Truly Fine Series: Queen Rania

There is something arresting about a woman so graceful speaking with such candidness on YouTube (to say nothing of press conferences, college lectures, etc). Queen Rania of Jordan is truly something.

Lest you be confused by the inheritance system at work here, here’s the skinny:

Lisa Najeeb Halaby meets King Hussein in the mid-1970s, because she is an architect for the Amman Continental Airport. They marry in 1978; Lisa changes her name to Noor, the Arabic word for light. She becomes his fourth wife. (No, he did not have several wives at one time – he was married and divorced just like any American man.)

Queen Noor becomes the step-mother to King Hussein’s seven existing children, and they also have four of their own.

Flash forward a couple of decades. King Hussein dies in 1999. Before his death, King Hussein decides the crown will be passed to his eldest son, Abdullah, who is not Queen Noor’s son, but the son of Hussein’s second wife, HRH Princess Muna al-Hussein. Allegedly, there’s a little dust up about this – Queen Noor wanted her own son, of course, to be named to the throne – but she denies it in her autobiography.

Abdullah, now King Abdullah, is already married to Rania – they met in at a dinner party in 1993, and have already been married for five years by the time King Hussein dies and passes the crown (unexpectedly) onto Abdullah. Suddenly, Rania is automatically the reigning Queen.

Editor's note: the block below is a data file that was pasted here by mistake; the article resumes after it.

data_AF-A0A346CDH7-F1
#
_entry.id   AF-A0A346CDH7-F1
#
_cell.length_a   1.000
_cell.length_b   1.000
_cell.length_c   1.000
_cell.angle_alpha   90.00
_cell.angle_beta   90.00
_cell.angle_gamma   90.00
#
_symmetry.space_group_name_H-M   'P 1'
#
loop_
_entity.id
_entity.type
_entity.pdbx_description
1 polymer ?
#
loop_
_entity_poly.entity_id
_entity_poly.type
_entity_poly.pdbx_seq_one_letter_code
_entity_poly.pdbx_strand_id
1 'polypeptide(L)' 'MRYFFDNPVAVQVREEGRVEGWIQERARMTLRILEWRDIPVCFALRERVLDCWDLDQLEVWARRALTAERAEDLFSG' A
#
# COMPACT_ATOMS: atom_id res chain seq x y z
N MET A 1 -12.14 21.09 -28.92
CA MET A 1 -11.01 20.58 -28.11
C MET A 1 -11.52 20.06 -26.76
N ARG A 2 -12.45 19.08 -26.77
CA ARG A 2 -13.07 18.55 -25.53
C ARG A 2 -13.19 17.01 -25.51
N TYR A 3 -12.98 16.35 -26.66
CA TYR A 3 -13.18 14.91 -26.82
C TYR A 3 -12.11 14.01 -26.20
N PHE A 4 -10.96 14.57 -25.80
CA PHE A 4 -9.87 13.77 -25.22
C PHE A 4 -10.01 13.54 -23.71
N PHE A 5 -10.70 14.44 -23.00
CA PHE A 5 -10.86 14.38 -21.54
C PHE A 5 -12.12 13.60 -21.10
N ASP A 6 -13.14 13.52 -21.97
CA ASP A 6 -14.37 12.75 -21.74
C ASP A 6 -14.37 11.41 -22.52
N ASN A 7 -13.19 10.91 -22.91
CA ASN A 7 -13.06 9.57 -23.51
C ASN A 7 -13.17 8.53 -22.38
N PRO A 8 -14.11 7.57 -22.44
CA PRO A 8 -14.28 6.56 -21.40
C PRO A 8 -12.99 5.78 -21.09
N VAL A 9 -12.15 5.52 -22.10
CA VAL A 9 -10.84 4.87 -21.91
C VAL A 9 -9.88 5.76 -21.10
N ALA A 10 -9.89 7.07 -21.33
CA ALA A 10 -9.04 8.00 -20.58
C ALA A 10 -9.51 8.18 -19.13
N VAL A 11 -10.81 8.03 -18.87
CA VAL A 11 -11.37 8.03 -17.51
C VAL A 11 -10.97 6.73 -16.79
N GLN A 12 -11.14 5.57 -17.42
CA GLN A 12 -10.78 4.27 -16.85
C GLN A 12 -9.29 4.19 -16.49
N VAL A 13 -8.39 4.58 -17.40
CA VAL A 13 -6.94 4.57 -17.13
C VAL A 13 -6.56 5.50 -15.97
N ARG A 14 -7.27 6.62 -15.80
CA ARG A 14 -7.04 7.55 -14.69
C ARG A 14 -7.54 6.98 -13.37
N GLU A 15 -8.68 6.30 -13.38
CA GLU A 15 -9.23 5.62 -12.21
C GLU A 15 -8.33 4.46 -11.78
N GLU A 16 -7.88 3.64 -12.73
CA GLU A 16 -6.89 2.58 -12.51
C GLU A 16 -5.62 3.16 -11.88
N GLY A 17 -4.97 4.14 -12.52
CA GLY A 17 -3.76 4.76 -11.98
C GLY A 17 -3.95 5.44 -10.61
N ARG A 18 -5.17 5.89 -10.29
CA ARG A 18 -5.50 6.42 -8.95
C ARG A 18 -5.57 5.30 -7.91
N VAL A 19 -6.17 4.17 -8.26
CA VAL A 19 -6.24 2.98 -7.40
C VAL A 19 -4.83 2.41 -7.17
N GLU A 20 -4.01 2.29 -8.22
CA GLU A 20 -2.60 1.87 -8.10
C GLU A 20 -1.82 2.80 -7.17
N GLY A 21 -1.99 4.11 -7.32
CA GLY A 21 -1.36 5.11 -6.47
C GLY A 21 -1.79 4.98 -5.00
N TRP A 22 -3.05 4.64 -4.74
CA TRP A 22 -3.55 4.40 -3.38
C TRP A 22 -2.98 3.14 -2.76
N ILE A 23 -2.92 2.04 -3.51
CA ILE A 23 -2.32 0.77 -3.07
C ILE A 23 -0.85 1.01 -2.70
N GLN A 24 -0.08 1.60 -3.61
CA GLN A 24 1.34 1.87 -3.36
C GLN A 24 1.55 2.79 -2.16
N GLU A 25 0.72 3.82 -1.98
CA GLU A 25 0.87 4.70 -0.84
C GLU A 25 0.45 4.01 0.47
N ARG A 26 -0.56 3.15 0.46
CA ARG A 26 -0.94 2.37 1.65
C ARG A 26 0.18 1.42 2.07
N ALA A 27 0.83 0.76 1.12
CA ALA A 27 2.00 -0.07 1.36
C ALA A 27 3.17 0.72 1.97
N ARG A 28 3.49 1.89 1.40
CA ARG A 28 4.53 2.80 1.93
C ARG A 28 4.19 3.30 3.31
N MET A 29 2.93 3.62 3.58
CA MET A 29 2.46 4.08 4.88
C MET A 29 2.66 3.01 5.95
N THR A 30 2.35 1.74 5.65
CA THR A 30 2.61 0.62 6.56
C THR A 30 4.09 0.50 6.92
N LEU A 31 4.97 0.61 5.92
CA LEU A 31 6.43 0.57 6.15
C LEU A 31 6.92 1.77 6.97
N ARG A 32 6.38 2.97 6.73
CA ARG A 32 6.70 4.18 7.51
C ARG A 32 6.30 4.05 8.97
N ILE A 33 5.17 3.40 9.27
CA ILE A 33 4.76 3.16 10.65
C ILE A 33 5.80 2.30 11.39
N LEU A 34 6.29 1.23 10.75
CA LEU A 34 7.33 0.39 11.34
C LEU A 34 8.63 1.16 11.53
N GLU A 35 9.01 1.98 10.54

And ya’ll, she is a bad-ass. She is neither a gunslinger, like American politicians are sometimes referred to, nor a knife-fighter like Hillary Clinton – she is grace personified. She is simply and most deservedly The Queen. She does not sit back and live the Queenly life; she is never idle.

She advocates micro-funds for women to start their own businesses and become financially solvent. She is a Board Member at FINCA. She is on the Board of Directors at the International Criminal Court’s Trust Fund for Victims. And on, and on.

“In my mind,” she says, “Poverty is a she.”

Most notably, however, she’s launched a YouTube campaign to try and bridge the gap between cultures and foster discussion about our commonalities. (Example: Difference between a nun who wears a habit and a Muslim woman who wears a head-scarf? Not much.) She invites people to ask her direct questions relating to women, the Middle East, politics, religion, etc, and then not only does she answer them, but she also invites other YouTube users of all nationalities to pitch in and talk about their own struggles and cultures.

She also enlists the help of Maz Jobrani, Dean Obeidallah, and several others (remember the Axis of Evil Comedy Tour from Comedy Central?)

“I am moved by the image of a reverse domino effect in women’s empowerment,” she says. “Instead of falling because of being pushed down, every woman lifts another up and passes the gift of strength on.”

And, of course, on top of this, she’s gorgeous, dresses beautifully, and is always perfectly poised. Diana Vreeland and Jackie Kennedy would be proud.

To find out more about Queen Rania, you can visit:

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